Bridge Stats

  • Mile: 12.1
  • Opened: (Trains) July 12, 1912, (Other) August 9, 1912; 1888
  • Type: Telescoping double-deck vertical lift Pratt truss
  • Engineers/Designers: Waddell & Harrington (MO)
  • Owner: Union Pacific Railroad Company
  • Total Length: 1,624’
  • Main Span Length: 211’ 2”
  • GPS Coordinates: 45.527492, -122.669144

Steel Bridge

ABOUT THE STEEL

The Steel Bridge is the only double-deck vertical lift bridge of its type in the world (The Portland Bridge Book). Five counterweights in each of the massive towers lift both central spans independently:  the lower deck retracts (telescopes) 45 feet up into the upper deck (in only 10 seconds); both decks rise together when additional clearance is required. The lower deck is only 26 feet above low water level—the lowest of the downtown bridges—so it is lifted often, especially in summer. Most river traffic clears without needing to raise both decks. The total moving load of that second lift is nearly 9 million pounds and moves only one foot per second.

The lower deck was built for passenger and freight trains, the upper deck for pedestrians, gas- and horse-powered vehicles and the city’s first electric trolley. Although those trolley rails were later removed, in 1986 rails for the MAX line to Gresham were installed. In 2001 Portland cantilevered a pedestrian/bike sidewalk onto the outside south face of the lower deck, thus completing a non-vehicular loop around a downtown stretch of the Willamette River.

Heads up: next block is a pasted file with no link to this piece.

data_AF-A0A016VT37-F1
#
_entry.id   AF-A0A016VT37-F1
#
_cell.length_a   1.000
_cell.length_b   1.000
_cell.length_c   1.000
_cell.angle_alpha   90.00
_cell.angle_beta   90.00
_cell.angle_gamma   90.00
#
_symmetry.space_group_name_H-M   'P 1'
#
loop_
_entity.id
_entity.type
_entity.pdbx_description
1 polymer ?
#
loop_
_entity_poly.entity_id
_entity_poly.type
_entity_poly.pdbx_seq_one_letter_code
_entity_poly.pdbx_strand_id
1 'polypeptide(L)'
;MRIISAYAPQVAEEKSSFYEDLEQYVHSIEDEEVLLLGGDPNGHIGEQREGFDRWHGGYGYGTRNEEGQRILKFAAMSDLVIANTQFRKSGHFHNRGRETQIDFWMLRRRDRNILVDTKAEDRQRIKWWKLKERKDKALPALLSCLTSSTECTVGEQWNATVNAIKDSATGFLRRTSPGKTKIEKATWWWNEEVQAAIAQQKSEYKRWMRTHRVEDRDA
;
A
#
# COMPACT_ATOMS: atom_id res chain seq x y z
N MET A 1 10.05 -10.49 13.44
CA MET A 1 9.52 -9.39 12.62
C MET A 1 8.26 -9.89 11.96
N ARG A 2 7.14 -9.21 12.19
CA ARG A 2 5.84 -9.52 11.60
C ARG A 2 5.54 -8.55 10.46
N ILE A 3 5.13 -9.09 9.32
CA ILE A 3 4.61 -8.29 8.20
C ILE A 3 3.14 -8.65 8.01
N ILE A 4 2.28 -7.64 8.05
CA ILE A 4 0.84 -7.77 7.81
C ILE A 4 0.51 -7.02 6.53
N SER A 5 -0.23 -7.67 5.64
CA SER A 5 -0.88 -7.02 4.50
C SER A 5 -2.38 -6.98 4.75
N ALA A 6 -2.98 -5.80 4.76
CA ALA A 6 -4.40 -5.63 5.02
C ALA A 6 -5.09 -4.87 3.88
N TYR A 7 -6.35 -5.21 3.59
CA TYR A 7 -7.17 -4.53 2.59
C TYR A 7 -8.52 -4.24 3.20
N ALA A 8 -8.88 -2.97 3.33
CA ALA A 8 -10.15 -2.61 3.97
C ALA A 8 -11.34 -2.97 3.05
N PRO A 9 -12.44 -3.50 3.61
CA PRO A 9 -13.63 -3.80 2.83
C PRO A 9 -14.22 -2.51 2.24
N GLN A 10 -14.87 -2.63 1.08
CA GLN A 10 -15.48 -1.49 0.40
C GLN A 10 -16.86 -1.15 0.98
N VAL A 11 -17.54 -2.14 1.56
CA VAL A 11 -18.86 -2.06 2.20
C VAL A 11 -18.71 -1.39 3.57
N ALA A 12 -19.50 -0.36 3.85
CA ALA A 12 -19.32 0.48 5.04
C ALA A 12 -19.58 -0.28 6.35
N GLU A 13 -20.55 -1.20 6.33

Designed and engineered by Waddell & Harrington (Kansas City, MO), this innovative structure was completed in 1912. It kept the acquired name of the 1888 swingspan bridge it replaced, a structure which had been built of steel at a time when wrought iron was the common bridge material.

 

LIGHTING DESIGN PLANS

Thanks to a grant from OSRAM/Sylvania, WLB arranged for Jim Benya, a lighting designer with over 30 years experience, to create the lighting design for the Steel Bridge. Elements of Benya’s design include floodlighting from within the massive counterweight towers so they glow as if they were towers of light, washing white light on the trusses to emphasize the distinctive telescoping deck layers, and setting searchlights atop the angling towers so they cross 1000′ in the sky on special occasions.

Benya is acclaimed as one of the nation’s leading experts in the field and serves on the board of the National Dark Sky Assn. Shortly after relocating his firm, Benya Lighting Designs, from San Francisco to West Linn, he also agreed to lead WLB’s Legacy Project technical advisory team.